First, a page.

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July 14, 2010

Should we be troubled that some registered sex offenders can get a US passport?

This new piece at CNN, which is headlined "Thousands of sex offenders receive U.S. passports," seem to be trying to get folks alarmed about something that does not seem to me to be too alarming.  Here are the basics:

Thousands of registered sex offenders have received U.S. passports, including at least 30 federal employees, according to a Government Accountability Office report obtained by CNN. The GAO report said the Department of State cannot legally deny passports to registered sex offenders, except those specifically convicted of sex tourism.

The report concluded that about 4,500 U.S. passports of the more than 16 million issued in fiscal year 2008 were issued to registered sex offenders. "Federal statutes authorize the Secretary of State to deny issuance of a passport in certain circumstances, such as while an individual is imprisoned or on parole or supervised release for a conviction for international drug trafficking or sex tourism or is in arrearages for child support," the report states. "However, there is currently no comprehensive program to deny passports to applicants who are registered sex offenders."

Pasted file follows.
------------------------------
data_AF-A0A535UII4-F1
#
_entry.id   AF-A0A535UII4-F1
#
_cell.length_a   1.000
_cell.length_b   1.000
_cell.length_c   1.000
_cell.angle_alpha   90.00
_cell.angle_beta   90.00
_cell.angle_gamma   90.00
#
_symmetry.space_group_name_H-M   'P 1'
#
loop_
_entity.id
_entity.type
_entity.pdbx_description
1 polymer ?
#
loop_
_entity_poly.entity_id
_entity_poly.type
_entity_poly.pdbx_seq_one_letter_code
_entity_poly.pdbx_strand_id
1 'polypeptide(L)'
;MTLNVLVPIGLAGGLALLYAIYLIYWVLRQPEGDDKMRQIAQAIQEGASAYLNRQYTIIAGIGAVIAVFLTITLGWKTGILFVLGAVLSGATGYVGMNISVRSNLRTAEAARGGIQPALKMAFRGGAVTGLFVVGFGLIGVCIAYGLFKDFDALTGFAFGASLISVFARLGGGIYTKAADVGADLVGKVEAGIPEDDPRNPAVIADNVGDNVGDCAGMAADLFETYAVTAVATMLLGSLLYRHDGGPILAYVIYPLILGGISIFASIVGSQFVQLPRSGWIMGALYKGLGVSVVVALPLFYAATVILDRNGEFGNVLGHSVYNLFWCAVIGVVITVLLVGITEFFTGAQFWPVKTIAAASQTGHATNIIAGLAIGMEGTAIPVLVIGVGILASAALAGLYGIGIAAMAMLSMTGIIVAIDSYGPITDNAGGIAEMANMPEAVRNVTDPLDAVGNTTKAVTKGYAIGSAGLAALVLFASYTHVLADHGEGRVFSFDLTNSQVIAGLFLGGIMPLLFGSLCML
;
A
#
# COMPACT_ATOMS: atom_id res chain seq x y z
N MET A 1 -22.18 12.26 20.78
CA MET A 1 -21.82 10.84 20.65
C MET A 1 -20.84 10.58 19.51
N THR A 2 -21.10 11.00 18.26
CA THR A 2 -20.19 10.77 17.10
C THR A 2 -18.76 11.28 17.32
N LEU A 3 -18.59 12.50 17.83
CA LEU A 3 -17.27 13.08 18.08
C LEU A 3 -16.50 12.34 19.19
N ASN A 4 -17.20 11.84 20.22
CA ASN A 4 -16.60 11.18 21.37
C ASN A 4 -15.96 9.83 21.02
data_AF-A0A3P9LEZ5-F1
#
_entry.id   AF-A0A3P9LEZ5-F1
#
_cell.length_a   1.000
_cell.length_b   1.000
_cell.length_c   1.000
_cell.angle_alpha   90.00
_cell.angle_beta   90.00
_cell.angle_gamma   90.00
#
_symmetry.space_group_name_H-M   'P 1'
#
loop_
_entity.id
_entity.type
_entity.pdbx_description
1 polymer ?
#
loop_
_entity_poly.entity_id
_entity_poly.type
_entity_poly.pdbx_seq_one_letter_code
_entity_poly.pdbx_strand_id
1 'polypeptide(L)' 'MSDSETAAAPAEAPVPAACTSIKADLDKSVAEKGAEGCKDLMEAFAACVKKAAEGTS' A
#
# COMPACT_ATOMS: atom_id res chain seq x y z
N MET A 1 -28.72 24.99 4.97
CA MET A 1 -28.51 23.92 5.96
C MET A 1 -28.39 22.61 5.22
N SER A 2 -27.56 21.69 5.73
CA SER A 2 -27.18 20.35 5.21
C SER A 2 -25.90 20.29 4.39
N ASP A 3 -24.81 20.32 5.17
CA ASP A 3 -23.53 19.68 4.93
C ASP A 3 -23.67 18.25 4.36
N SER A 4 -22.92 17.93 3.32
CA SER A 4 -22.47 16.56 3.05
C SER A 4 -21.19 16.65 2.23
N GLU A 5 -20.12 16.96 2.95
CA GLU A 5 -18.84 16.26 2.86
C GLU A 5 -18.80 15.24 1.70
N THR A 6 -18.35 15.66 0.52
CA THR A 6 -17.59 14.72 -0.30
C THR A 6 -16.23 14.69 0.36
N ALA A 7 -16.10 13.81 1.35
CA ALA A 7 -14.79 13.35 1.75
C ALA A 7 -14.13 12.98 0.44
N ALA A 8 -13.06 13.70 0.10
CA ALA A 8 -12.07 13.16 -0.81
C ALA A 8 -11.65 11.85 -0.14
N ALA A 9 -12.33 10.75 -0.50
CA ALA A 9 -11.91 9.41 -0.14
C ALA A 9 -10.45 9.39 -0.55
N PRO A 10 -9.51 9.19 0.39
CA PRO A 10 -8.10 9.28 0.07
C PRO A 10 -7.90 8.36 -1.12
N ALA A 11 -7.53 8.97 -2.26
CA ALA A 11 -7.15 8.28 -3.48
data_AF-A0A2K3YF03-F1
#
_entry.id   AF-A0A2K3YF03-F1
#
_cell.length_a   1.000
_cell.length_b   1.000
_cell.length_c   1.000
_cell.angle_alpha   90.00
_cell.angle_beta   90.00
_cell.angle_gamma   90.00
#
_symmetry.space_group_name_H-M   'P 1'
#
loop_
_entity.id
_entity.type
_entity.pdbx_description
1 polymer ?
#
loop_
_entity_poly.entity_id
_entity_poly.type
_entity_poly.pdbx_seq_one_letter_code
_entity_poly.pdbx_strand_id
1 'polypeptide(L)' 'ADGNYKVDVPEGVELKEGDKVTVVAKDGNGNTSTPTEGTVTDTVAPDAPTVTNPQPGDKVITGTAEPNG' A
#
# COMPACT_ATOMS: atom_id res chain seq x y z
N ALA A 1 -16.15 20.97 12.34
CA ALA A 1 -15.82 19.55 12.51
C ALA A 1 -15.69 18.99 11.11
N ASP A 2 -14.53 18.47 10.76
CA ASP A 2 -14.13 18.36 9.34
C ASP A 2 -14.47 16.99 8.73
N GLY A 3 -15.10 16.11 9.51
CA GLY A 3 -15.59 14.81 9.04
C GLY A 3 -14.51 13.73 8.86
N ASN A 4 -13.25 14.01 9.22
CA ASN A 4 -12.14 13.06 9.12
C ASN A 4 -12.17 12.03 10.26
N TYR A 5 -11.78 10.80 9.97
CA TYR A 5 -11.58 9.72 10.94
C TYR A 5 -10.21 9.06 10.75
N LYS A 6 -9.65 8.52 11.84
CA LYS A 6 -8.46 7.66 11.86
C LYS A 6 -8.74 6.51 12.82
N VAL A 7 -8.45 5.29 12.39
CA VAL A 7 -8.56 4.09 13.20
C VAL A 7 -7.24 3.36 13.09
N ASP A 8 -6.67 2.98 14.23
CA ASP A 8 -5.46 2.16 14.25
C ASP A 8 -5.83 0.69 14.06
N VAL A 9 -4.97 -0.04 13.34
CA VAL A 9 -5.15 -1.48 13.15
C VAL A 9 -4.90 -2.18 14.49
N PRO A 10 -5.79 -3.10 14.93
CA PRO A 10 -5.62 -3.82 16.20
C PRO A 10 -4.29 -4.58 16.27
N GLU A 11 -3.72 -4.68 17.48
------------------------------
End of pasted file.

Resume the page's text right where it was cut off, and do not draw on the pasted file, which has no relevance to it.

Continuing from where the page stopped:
The State Department called the report "very misleading" and adding it "conveys more 'shock value' than factual accuracy." In a written response, the department pointed out that only a fraction of 1 percent of the 16 million passports issued in fiscal year 2008 went to registered sex offenders. In addition, the title of the report "fails to convey that GAO found no lawful reasons for the department to deny or revoke the passports of the case study sex offenders based on their status as sex offenders."

"The report appears to suggest, without any foundation, that the Department's issuance of passports to certain Americans facilitated their commission of sex crimes abroad," the department's response said. "There are no facts in the report which show that any of the thirty individuals included in the case studies used his passport to travel to a foreign country to commit a sex crime."...

The GAO report was requested by Sen. Charles Grassley, R-Iowa, and Sen. Max Baucus, D-Montana. The GAO studied data from the National Sex Offender Registry (NSOR). However, the approximately 4,500 sex offenders who received passports in fiscal year 2008 "is likely understated because many of the records in the passport database and the NSOR lacked valid Social Security numbers ... In addition, the NSOR does not currently contain a comprehensive listing of all sex offenders from the states."

The GAO found cases that include a sex offender from Texas who received a passport while in prison, a Delaware man with multiple sex convictions who traveled to the Philippines, Germany and France since receiving his passport, and a Georgia man who has traveled to the Philippines, Ireland and Panama.